Will copper spur the sustainable energy transition?
A world first study by the University of Sydney's Warren Centre for Advanced Engineering, Zero Emission Copper Mine of the Future, lays out how Australian copper mining can be cleaner and smarter using emerging technologies.
The Zero Emission Copper Mine of the Future report by the University of Sydney’s Warren Centre for Advanced Engineering sets out how Australian copper mining can become emission free over the next 30 years through the use of emerging technologies.
This ‘world first’ roadmap, commissioned by the International Copper Association Australia (ICAA), identifies five key target areas for technological innovation to reduce and ultimately eliminate mining emissions: exploration, movement of materials, ventilation, processing, and water use.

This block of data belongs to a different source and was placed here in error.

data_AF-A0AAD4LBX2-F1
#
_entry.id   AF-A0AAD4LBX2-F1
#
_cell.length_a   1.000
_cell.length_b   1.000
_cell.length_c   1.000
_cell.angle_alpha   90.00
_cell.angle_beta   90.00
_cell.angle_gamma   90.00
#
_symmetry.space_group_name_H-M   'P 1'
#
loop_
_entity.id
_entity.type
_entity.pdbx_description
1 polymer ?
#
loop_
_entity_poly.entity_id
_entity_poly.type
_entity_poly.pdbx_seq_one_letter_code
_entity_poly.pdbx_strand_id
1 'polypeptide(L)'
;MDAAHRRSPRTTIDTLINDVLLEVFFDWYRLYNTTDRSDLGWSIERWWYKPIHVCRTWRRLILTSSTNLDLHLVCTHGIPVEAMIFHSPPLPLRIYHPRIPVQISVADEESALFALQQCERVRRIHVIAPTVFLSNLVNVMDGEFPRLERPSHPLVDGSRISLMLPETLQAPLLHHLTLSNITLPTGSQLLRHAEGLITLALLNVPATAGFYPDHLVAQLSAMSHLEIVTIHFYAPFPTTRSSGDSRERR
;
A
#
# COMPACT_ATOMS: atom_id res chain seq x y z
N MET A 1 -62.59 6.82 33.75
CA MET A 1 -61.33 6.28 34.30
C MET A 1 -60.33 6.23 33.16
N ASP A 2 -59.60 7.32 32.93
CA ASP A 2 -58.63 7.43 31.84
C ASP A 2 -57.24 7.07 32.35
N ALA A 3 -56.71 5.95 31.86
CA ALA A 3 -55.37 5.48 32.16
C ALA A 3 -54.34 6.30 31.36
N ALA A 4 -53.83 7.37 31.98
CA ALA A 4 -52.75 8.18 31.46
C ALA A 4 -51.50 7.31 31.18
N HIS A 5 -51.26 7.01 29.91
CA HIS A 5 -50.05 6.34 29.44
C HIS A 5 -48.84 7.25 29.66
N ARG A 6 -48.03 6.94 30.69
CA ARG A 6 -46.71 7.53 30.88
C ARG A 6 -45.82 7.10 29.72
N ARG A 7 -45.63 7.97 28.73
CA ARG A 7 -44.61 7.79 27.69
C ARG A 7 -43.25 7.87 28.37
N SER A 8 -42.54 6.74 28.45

The range of technologies copper supports is vast: autonomous drones and robot machinery, next generation sensors, Mixed Reality (immersive technology), wearable tech, in-situ ore recovery, novel leaching processes and on demand ventilation are just some examples.
Copper is widely used in green innovation, used by industries seeking to reduce their environmental impact.
“Hybrid and electric vehicles rely on copper, as do renewable energy sources such as solar photovoltaic, wind farms, hydroelectricity and associated grid infrastructure. Constructing a renewable energy system demands significantly more copper than traditional systems,” Director of the Warren Centre for Advanced Engineering, Ashley Brinson, said.